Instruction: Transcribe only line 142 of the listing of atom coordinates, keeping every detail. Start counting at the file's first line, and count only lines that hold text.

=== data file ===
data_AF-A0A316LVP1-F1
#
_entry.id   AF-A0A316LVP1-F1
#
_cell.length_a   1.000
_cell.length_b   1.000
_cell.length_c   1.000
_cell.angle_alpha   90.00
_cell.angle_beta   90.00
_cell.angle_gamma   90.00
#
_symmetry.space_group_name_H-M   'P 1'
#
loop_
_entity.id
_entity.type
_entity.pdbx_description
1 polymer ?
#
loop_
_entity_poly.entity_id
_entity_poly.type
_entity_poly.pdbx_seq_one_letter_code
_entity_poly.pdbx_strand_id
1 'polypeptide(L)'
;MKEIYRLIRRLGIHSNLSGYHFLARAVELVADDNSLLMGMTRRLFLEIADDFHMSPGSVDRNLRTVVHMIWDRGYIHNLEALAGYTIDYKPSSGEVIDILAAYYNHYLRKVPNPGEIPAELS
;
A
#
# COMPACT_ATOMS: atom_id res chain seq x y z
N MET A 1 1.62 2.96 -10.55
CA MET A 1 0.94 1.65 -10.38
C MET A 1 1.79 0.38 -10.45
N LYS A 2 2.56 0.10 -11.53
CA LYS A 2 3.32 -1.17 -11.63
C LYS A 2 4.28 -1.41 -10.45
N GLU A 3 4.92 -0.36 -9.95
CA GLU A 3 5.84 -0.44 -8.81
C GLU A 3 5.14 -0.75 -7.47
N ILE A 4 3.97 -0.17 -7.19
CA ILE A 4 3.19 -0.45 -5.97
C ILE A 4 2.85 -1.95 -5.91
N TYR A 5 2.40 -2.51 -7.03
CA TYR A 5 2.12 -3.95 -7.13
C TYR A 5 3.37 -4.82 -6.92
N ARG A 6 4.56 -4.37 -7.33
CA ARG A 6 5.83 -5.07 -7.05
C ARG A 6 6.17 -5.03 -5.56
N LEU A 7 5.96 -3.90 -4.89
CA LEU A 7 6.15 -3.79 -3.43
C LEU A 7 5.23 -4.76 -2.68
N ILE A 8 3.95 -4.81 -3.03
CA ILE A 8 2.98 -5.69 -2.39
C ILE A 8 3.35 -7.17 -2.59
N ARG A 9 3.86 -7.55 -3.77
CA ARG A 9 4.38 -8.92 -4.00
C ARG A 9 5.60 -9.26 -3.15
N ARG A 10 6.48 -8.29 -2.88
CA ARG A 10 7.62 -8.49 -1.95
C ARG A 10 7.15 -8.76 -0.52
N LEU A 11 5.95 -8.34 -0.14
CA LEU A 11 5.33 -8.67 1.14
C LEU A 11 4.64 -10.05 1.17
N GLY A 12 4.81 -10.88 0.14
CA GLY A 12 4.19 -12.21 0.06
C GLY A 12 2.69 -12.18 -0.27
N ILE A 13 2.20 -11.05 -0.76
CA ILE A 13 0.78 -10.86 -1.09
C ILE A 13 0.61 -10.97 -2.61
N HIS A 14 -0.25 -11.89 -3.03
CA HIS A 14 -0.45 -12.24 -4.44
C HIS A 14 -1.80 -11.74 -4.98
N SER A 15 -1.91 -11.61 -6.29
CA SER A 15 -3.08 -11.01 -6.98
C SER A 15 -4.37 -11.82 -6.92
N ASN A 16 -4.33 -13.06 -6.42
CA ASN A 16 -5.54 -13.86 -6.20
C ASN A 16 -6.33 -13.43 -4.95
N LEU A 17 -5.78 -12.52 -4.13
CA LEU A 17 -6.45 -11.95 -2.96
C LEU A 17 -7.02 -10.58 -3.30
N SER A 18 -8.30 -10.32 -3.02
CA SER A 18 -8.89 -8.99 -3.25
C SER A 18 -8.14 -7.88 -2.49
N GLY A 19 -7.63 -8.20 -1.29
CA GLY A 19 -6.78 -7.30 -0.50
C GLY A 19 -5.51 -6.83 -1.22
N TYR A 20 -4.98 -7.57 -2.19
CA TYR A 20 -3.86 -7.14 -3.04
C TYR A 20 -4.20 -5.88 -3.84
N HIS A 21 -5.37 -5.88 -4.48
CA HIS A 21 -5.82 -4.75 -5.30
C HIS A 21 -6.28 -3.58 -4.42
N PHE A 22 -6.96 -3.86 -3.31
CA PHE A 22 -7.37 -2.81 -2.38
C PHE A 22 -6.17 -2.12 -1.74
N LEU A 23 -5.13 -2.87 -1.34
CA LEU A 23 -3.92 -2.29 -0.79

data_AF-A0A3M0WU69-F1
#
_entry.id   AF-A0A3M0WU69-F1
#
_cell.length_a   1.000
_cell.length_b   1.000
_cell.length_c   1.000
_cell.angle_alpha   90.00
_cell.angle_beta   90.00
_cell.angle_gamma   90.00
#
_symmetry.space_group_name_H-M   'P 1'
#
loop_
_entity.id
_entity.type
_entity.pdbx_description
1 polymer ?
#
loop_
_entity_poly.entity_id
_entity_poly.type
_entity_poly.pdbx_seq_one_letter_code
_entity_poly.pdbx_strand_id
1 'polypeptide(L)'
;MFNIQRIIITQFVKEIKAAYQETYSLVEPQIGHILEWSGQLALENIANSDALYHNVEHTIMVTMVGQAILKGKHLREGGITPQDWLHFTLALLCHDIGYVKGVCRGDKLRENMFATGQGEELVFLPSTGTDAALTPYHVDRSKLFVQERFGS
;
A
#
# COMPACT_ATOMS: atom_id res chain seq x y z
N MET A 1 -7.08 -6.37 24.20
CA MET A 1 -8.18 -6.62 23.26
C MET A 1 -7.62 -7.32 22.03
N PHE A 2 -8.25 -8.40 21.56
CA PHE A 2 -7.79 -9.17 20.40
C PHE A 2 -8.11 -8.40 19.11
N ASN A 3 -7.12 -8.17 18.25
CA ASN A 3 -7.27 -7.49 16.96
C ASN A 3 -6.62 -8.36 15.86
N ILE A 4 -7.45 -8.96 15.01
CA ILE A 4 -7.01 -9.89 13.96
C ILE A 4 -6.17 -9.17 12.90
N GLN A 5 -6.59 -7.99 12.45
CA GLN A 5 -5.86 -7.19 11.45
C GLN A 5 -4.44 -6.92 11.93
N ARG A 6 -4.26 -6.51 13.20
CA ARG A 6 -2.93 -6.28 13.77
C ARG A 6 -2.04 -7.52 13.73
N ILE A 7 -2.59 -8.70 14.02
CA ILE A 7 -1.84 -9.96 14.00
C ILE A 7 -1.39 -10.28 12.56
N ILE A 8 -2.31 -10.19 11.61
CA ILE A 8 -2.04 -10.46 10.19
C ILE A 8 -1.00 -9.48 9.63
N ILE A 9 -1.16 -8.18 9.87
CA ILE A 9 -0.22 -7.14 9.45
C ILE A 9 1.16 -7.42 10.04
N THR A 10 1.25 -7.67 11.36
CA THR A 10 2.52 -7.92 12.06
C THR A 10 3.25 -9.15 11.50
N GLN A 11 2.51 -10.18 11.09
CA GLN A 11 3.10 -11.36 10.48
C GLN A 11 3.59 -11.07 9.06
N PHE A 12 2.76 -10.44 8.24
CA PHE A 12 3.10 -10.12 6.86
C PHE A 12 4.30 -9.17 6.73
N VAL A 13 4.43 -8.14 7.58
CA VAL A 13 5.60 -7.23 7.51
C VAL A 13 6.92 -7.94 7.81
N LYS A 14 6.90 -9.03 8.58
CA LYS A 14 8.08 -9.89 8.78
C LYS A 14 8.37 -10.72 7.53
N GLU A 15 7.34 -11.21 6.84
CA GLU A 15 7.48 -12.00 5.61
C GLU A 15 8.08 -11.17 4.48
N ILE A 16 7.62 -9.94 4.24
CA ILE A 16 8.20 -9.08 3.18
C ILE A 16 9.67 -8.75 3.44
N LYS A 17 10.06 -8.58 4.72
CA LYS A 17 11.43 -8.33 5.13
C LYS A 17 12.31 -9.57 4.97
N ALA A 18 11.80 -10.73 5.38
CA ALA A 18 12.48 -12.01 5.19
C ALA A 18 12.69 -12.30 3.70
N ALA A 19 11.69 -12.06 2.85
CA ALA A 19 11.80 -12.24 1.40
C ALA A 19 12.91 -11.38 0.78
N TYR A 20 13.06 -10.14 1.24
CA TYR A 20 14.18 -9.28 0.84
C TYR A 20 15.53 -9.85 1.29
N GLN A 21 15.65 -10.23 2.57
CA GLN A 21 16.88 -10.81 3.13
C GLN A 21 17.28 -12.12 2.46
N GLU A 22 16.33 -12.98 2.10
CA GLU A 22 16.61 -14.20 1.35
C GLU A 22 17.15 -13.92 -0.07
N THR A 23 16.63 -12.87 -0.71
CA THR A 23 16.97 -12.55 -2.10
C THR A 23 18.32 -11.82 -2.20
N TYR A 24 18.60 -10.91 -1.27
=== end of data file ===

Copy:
CA GLN A 5 -5.86 -7.19 11.45